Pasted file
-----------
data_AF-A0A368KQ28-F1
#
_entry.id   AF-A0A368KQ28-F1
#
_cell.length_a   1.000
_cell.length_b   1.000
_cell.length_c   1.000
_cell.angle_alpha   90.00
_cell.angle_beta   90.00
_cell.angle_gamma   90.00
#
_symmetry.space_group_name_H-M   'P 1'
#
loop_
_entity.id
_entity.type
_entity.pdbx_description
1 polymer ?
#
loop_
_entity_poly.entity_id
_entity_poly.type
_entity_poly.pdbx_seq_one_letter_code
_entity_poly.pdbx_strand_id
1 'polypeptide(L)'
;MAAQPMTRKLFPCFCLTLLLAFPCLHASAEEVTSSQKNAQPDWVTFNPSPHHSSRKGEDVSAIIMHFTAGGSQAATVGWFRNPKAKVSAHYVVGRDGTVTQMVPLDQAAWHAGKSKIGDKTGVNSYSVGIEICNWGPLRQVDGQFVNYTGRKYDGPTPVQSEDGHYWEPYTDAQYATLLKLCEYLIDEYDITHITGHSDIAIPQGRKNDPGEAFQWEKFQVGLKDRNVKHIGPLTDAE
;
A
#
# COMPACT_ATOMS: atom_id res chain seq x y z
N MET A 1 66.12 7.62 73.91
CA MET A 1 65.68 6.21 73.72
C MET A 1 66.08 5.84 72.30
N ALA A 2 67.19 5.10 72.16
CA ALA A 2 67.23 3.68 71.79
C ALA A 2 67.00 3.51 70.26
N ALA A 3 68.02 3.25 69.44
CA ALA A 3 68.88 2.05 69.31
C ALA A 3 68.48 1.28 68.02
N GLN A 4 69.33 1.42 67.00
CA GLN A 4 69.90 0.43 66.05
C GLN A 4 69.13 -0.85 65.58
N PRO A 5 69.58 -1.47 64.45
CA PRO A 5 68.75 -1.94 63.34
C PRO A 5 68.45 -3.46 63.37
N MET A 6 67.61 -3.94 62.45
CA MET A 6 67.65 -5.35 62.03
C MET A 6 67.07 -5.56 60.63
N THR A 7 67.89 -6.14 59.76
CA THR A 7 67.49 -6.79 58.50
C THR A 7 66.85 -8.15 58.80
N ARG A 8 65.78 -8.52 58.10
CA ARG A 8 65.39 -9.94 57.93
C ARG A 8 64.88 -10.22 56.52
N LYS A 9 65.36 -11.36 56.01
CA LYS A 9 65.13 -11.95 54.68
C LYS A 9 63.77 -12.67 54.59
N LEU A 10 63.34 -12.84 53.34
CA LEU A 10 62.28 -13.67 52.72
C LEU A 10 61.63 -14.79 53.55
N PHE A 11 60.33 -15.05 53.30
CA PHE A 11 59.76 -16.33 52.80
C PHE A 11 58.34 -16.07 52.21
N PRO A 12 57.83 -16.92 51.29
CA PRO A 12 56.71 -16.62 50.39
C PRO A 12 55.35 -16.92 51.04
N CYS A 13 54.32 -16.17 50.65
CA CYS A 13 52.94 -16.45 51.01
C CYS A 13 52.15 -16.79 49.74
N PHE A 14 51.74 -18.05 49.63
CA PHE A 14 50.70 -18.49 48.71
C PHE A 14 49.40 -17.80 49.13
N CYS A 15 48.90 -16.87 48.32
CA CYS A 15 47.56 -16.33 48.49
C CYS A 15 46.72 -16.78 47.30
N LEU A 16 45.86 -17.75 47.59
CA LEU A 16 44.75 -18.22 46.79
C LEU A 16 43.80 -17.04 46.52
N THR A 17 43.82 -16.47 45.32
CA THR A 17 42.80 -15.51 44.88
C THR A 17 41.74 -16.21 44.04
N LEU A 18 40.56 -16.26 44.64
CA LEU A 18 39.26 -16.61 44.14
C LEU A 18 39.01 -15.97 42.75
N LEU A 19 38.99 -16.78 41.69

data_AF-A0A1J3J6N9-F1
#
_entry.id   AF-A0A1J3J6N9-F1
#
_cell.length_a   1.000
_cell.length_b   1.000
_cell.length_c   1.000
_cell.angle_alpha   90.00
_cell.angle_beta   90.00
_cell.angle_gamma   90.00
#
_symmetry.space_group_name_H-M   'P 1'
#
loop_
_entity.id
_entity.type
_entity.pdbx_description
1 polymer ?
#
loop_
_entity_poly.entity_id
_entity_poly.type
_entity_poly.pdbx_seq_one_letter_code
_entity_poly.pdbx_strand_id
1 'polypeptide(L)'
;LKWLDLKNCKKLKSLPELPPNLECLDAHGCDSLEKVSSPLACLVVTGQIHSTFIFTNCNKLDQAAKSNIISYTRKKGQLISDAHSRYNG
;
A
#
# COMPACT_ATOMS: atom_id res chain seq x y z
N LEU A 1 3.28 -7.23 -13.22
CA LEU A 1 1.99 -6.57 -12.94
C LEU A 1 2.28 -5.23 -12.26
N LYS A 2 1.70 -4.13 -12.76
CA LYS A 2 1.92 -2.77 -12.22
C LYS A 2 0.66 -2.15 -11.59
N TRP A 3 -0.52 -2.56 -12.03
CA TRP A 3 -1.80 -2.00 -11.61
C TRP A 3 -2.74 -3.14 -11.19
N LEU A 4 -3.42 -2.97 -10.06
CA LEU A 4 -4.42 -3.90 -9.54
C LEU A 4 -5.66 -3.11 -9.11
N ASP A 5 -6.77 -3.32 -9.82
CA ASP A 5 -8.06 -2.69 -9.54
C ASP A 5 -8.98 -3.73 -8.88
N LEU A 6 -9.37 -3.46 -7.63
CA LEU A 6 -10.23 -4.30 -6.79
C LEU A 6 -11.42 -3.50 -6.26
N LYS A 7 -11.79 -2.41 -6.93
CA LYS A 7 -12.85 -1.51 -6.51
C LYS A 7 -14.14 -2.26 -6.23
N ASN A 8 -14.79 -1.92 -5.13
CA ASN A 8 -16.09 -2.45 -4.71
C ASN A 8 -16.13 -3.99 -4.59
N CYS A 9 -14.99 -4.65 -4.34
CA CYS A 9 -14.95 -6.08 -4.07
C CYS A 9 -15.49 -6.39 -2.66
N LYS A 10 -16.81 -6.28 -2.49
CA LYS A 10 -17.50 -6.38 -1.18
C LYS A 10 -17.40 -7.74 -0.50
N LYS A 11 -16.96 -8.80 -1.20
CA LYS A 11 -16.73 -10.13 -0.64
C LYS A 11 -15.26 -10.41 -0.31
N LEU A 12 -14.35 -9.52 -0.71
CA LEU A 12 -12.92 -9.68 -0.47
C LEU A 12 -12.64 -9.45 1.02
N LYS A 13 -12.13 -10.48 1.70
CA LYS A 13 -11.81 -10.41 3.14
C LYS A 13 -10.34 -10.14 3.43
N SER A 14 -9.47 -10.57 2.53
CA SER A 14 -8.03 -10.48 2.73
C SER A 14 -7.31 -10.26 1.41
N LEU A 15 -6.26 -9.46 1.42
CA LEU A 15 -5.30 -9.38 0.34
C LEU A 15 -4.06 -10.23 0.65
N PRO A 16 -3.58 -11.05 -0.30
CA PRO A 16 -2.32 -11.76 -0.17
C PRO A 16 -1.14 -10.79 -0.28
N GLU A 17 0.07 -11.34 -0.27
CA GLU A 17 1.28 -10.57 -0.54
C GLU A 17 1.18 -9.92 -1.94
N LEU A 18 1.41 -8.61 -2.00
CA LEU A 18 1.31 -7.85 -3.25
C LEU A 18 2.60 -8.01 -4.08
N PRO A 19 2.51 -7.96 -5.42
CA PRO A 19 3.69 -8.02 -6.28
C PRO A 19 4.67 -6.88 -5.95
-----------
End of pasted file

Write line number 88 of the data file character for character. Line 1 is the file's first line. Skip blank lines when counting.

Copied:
_entry.id   AF-A0A1J3J6N9-F1